In US ex rel. Calilung v. Ormat Industries. (D. Nev. 2015), the court addressed a variety of interesting legal issues under the False Claims Act, including one that is not often litigated–the Tax Bar. In Calilung, the relators alleged that the defendants, which operate geothermal energy plants, submitted false information in order to obtain “$136,800,000 in grant money from the United States pursuant to Section 1603 of the American Recovery and Reinvestment Act of 2009 (‘ARRA’).” The grants were given in lieu of tax credits offered under the Internal Revenue Code. The relators allege that the defendants falsified various information, including the dates that certain geothermal plants were placed “in service,” in order to obtain grants to which they were not entitled.
Defendants moved to dismiss on several grounds, including under the Tax Bar and the Public Disclosure Bar. The Tax Bar provides that the FCA “does not apply to claims, records, or statements made under the Internal Revenue Code of 1986.” 31 U.S.C. § 3729(d). “Congress’s intent behind Section 3729(d) was to codify caselaw that reserved discretion to prosecute tax violations to the IRS.” (quoting U.S. ex rel. Lissack v. Sakura Global Capital Markets, Inc., 377 F.3d 145, 152-53 (2d Cir. 2004) (marks omitted)). The defendants argued that the Tax Bar “also extends to actions involving grants received in lieu of tax credits.” The court first identified the allegedly false claims and statements, which were the Section 1603 applications. The court then asked whether those applications were made under the revenue code. Based on a plain-language analysis, the court concluded they were not: “Quite simply, Ormat’s claims for grant money were made under Section 1603 of the ARRA and not the IRC.”
The court also examined the Lissack factors and determined they did not change the court’s conclusion. Those factors are “(1) whether [r]elators’ claims depend on a violation of the Tax Code, and (2) whether the IRS can bring an action against [the defendant] to collect the money.” The court noted that because the grants were given in lieu of tax credits, and that by applying for the grants, the defendants could not apply for tax credits, the grants were expressly not within the purview of the Tax Bar under the first factor. The court observed that the regulations addressing the grants were outside of the tax regulations and that the IRS did not have authority over the alleged violations, which demonstrated the second Lissack factor was also lacking.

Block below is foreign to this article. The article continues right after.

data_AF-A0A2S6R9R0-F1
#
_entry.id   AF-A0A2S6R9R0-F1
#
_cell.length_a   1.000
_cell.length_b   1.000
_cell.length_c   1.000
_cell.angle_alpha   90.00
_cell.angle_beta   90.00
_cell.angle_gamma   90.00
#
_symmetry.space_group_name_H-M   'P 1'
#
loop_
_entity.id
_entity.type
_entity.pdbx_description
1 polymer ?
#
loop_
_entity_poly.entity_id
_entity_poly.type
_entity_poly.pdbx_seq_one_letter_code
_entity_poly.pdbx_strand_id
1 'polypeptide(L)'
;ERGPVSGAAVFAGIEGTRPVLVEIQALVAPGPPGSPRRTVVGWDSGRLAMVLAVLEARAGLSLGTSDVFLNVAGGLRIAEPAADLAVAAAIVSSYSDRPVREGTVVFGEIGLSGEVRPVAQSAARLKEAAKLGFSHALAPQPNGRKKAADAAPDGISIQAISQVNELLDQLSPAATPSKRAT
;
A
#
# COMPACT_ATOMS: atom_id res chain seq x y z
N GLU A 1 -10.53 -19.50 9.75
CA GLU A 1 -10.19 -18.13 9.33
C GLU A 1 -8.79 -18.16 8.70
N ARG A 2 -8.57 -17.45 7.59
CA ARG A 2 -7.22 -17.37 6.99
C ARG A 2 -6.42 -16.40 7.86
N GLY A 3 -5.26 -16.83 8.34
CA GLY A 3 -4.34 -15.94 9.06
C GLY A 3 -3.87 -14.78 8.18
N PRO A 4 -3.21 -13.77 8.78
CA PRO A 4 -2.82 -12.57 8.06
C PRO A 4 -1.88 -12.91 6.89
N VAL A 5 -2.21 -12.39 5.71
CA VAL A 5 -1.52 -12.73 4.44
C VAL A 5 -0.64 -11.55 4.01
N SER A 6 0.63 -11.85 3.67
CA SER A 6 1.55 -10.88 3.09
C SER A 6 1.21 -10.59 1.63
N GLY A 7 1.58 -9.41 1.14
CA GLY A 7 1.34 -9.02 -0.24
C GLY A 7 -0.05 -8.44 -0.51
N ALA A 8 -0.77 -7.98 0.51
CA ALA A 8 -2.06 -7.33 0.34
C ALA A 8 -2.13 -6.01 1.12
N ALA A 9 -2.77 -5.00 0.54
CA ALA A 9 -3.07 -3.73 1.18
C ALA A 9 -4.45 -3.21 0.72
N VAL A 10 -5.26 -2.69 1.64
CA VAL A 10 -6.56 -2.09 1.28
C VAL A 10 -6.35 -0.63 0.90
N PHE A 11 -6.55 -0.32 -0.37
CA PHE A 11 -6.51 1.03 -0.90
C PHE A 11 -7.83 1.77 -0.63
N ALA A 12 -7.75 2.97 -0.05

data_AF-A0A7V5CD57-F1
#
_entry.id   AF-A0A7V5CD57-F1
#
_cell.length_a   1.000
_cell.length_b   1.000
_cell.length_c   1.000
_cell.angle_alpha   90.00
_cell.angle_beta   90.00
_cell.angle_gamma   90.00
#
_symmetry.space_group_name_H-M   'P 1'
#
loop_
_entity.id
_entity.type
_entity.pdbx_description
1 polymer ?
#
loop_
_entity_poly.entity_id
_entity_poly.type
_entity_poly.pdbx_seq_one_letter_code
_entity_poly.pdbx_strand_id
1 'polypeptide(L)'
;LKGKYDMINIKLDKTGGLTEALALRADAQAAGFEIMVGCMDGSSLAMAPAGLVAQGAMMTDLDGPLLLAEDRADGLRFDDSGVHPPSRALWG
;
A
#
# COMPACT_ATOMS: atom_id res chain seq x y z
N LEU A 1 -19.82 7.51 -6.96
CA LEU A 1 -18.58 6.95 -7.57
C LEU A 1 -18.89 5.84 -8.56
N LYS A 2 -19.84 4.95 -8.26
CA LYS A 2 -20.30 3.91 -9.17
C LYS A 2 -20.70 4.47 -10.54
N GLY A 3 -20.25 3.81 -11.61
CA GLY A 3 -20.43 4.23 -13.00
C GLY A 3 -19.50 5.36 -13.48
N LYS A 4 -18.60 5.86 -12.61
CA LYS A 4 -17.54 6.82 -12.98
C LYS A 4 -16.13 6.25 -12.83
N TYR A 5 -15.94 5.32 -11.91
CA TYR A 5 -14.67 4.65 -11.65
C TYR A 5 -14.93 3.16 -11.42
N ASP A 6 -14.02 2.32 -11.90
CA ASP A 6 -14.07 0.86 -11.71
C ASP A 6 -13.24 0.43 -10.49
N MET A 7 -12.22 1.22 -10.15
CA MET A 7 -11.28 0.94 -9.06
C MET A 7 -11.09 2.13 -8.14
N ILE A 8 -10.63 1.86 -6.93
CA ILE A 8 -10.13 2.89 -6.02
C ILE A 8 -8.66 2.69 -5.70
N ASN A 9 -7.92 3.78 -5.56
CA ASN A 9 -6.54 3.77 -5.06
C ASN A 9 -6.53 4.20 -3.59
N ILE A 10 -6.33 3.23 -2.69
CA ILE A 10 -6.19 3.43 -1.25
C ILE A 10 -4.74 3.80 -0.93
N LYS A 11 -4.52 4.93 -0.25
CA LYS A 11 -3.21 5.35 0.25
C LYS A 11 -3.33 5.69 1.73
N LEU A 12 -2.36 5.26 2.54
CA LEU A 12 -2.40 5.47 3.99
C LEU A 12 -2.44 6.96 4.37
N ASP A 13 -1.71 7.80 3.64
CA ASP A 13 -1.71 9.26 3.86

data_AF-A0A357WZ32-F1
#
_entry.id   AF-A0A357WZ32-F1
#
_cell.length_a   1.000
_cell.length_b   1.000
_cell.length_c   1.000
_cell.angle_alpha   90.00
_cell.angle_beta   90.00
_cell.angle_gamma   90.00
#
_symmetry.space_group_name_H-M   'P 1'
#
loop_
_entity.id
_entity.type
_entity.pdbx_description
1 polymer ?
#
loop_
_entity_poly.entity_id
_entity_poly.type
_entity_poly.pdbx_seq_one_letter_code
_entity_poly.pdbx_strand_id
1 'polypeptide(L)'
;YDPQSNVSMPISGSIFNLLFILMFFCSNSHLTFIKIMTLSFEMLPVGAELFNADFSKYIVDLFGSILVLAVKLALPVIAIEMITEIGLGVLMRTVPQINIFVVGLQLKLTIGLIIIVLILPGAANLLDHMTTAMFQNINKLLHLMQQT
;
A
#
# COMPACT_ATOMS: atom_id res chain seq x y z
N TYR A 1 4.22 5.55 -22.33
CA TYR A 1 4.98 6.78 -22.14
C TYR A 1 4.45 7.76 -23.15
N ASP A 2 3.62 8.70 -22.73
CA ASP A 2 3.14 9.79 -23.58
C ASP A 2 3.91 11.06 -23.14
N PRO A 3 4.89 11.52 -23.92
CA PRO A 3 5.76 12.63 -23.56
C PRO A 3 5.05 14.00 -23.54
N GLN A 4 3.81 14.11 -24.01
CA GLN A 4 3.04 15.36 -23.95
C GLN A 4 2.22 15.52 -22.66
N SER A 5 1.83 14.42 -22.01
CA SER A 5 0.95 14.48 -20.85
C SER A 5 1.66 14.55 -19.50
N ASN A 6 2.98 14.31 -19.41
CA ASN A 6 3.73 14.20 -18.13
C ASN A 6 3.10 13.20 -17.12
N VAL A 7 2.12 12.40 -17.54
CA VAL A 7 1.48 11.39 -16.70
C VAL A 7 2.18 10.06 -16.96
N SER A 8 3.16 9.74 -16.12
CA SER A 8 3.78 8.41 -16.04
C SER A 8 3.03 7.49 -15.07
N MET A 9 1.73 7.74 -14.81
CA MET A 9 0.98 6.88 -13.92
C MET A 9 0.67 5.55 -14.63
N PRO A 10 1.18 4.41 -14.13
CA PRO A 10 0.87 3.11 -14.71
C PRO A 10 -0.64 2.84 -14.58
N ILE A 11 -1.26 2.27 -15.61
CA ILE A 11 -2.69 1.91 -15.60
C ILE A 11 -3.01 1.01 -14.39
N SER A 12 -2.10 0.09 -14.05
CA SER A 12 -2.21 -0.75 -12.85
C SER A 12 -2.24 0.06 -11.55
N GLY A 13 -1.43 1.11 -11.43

On the Public Disclosure Bar issue, the defendants argued that much of the information in the complaint had been disclosed in SEC filings. The court first concluded that SEC filings did qualify as public disclosures that could trigger the bar. The court then carefully compared the information disclosed in the SEC filings with the relators’ allegations. The court divided the relators’ allegations into three parts–relating to the three alleged grant violations. The court noted that the first violation had not been publicly disclosed, but the second two had been. The court, however, found the relators were original sources for the third violation (but not the second). The court therefore upheld relators’ claims as to two of the three alleged grant violations under the Public Disclosure Bar.
The Court rejected challenges under Rule 9(b) and Rule 12(b)(6) and also allowed the relators to pursue alter ego theories against a group of related corporate defendants. It will be interesting to follow this case to see how it progresses.